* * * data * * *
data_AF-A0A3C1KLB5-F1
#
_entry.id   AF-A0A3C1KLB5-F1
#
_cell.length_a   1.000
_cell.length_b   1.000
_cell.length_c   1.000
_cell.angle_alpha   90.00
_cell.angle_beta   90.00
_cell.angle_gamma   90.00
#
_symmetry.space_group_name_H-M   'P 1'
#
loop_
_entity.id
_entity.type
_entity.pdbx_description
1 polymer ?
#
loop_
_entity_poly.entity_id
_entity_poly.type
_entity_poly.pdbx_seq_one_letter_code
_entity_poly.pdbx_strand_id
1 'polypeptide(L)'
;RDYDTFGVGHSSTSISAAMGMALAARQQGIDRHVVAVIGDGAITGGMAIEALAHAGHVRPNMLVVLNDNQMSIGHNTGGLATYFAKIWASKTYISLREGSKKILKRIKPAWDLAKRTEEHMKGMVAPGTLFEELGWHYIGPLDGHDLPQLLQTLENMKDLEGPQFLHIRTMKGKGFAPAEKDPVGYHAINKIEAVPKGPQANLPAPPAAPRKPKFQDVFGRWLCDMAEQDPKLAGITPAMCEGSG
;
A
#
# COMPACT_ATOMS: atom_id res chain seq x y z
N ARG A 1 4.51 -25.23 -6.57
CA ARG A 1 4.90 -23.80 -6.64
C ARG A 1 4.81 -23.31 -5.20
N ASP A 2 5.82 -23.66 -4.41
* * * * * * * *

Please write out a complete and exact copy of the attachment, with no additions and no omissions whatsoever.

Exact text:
data_AF-A0A3C1KLB5-F1
#
_entry.id   AF-A0A3C1KLB5-F1
#
_cell.length_a   1.000
_cell.length_b   1.000
_cell.length_c   1.000
_cell.angle_alpha   90.00
_cell.angle_beta   90.00
_cell.angle_gamma   90.00
#
_symmetry.space_group_name_H-M   'P 1'
#
loop_
_entity.id
_entity.type
_entity.pdbx_description
1 polymer ?
#
loop_
_entity_poly.entity_id
_entity_poly.type
_entity_poly.pdbx_seq_one_letter_code
_entity_poly.pdbx_strand_id
1 'polypeptide(L)'
;RDYDTFGVGHSSTSISAAMGMALAARQQGIDRHVVAVIGDGAITGGMAIEALAHAGHVRPNMLVVLNDNQMSIGHNTGGLATYFAKIWASKTYISLREGSKKILKRIKPAWDLAKRTEEHMKGMVAPGTLFEELGWHYIGPLDGHDLPQLLQTLENMKDLEGPQFLHIRTMKGKGFAPAEKDPVGYHAINKIEAVPKGPQANLPAPPAAPRKPKFQDVFGRWLCDMAEQDPKLAGITPAMCEGSG
;
A
#
# COMPACT_ATOMS: atom_id res chain seq x y z
N ARG A 1 4.51 -25.23 -6.57
CA ARG A 1 4.90 -23.80 -6.64
C ARG A 1 4.81 -23.31 -5.20
N ASP A 2 5.82 -23.66 -4.41